It does not matter how careful or responsible you are, if you fall victim to another person’s recklessness or negligence, you could be severely or permanently injured. If this happens, understanding your rights and knowing what steps you need to take in order to recover the maximum amount of compensation is essential.
What rules impact my filing of a Virginia personal injury claim?
The Norfolk personal injury lawyers at Shapiro, Washburn & Sharp have earned outstanding reputations for helping personal injury victims collect full financial compensation for their negligence-based injuries. If you are considering filing a personal injury claim, there are three Virginia personal injury laws that you need to keep in mind.
Pure Contributory Negligence
Every state has its own set of laws pertaining to how negligence is handled in a personal injury claim. For instance, in many states, a person who is partly negligent for the injuries and damages they sustained is still eligible to collect financial compensation, no matter their percentage of fault. In other states, negligent parties are eligible for recovery, but only if their percentage of fault is less than the defendant’s.
Finally, a few states, of which Virginia is one, adhere to the very strict rules of pure contributory negligence when it comes to fault. When pure contributory negligence is applied, a victim is barred from recovering damages if they are even 1% liable for the accident. So, unless they can show that the defendant was 100% at fault for their damages, they will not be able to collect any financial compensation at all.
Statute of Limitations
Another law that has a direct impact on your ability to bring a Virginia personal injury suit is the statute of limitations. The statute of limitations is a deadline that governs how much time you have to file a suit. Virginia’s statute of limitations is two years from the cause of action, which is the day your injuries occurred.
The sole exception to this deadline is accommodated under the discovery rule. The discovery rule maintains that the clock on the statute does not start until the day you discover your injury. For instance, if you have surgery and find out the following year that a piece of medical equipment was left inside of you, you have two years from the day you learned this to file a lawsuit. Our experienced attorneys can determine the specific statute of limitations as it applies to your case.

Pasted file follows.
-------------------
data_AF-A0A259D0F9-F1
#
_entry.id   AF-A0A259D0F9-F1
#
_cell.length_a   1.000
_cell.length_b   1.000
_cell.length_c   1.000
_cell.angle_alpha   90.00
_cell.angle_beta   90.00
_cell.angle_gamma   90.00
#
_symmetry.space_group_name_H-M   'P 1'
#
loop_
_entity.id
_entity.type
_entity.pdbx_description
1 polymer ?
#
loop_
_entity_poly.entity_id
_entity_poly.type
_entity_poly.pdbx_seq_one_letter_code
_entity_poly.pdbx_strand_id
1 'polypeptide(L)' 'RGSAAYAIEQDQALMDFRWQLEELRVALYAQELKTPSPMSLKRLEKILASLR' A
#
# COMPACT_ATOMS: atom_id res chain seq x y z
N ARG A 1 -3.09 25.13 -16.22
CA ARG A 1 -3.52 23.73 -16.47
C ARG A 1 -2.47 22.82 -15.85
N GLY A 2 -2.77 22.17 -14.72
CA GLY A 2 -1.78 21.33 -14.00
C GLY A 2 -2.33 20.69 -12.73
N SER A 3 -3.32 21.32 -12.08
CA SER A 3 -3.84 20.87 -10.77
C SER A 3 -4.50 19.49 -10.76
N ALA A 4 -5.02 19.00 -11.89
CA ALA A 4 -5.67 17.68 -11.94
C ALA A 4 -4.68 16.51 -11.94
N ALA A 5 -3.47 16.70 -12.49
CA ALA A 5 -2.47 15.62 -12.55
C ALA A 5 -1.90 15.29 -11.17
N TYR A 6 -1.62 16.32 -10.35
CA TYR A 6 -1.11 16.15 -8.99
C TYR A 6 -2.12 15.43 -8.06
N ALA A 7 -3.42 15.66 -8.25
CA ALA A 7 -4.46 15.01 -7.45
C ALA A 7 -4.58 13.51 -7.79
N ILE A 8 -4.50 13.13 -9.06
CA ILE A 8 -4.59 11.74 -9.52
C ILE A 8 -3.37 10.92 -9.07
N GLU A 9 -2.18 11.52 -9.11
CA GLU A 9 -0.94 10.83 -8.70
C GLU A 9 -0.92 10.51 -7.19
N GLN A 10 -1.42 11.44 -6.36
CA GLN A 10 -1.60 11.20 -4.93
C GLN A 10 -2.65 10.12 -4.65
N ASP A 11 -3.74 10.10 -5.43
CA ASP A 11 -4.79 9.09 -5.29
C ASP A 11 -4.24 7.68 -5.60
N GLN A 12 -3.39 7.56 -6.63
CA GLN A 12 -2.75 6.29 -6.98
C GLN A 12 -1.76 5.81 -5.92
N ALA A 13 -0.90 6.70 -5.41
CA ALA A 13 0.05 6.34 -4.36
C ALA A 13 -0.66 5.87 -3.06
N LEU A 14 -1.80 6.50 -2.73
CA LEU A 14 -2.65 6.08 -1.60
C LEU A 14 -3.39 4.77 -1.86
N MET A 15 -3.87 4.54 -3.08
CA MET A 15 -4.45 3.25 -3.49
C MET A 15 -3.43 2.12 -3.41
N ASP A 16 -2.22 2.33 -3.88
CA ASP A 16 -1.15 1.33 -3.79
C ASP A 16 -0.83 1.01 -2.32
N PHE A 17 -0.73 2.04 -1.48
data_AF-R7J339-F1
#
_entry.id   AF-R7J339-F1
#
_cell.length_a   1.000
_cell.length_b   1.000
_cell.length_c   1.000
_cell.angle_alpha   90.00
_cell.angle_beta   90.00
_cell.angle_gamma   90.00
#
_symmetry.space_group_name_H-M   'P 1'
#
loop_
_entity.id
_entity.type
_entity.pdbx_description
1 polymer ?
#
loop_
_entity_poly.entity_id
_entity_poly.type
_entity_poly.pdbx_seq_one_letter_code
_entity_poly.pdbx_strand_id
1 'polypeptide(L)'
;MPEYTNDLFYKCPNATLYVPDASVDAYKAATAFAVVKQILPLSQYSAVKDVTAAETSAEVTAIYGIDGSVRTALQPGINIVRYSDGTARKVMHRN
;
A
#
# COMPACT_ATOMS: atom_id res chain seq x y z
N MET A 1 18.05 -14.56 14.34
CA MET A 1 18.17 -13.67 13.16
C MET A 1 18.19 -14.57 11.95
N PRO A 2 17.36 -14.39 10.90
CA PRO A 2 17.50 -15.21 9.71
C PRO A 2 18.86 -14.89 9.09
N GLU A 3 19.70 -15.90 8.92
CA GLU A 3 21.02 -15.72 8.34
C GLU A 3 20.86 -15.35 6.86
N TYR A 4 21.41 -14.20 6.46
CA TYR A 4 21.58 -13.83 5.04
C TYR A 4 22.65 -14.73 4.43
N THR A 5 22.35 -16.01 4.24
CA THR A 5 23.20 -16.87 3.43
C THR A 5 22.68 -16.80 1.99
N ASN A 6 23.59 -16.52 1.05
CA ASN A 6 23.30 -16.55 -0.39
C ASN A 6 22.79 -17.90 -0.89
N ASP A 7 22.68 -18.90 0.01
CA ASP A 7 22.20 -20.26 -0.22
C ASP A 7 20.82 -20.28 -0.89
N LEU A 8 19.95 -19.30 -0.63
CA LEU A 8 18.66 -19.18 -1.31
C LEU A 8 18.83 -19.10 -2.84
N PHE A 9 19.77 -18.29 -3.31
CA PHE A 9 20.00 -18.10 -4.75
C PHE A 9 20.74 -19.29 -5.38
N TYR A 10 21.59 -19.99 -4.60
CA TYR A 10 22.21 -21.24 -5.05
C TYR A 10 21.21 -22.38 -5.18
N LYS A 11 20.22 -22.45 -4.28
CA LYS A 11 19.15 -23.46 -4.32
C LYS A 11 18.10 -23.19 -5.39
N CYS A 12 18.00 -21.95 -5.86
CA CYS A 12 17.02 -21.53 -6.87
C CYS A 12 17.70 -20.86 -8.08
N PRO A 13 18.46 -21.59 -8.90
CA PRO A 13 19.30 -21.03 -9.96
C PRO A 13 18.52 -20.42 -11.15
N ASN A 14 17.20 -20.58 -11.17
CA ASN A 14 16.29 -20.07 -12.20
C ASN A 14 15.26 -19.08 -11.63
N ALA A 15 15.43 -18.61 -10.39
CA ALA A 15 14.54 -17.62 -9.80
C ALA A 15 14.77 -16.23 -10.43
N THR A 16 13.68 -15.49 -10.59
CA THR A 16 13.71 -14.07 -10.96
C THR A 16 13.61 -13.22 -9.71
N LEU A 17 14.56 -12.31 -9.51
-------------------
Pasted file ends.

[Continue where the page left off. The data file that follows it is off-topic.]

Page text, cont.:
Caps on Recoverable Damages
In Virginia, no cap is placed on the majority of personal injury damages. In other words, you could conceivably recover financial compensation for the full amount of your special and general damages, including medical costs, lost earnings, pain, and suffering. There are, however, two exceptions: medical malpractice damages and punitive damages.
- Medical malpractice: Medical malpractice damages are capped in Virginia. The amount recoverable will be based on when the malpractice occurred. Virginia law provides for a $50,000 increase in medical malpractice caps every year until 2031 when the cap reaches $3 million. The current cap applies to all medical malpractice claims throughout the state whether they are resolved by a judge or a trial by jury.
- Punitive damages: Punitive damages are non-compensatory. Rather, these damages are intended to act as a punishment for the defendant for particularly egregious acts. The cap on punitive damages in Virginia personal injury claims is set at $350,000. There are no exceptions.
Do You Have Questions About Virginia Personal Injury Laws?
If you were injured by someone else’s negligence and need to collect financial compensation for the damages you sustained, it is essential that you have a thorough knowledge of the various rules and regulations that apply to your right to file. If you have questions or are struggling to understand Virginia’s personal injury laws and how they apply to your specific case, our Norfolk personal injury lawyers are here to help. After decades of practicing personal injury law in Virginia, we know what it takes to get you the settlement you deserve.
If you were injured due to someone’s negligence, call the law offices of Shapiro, Washburn & Sharp at (833) 997-1774 and schedule your free consultation as soon as possible.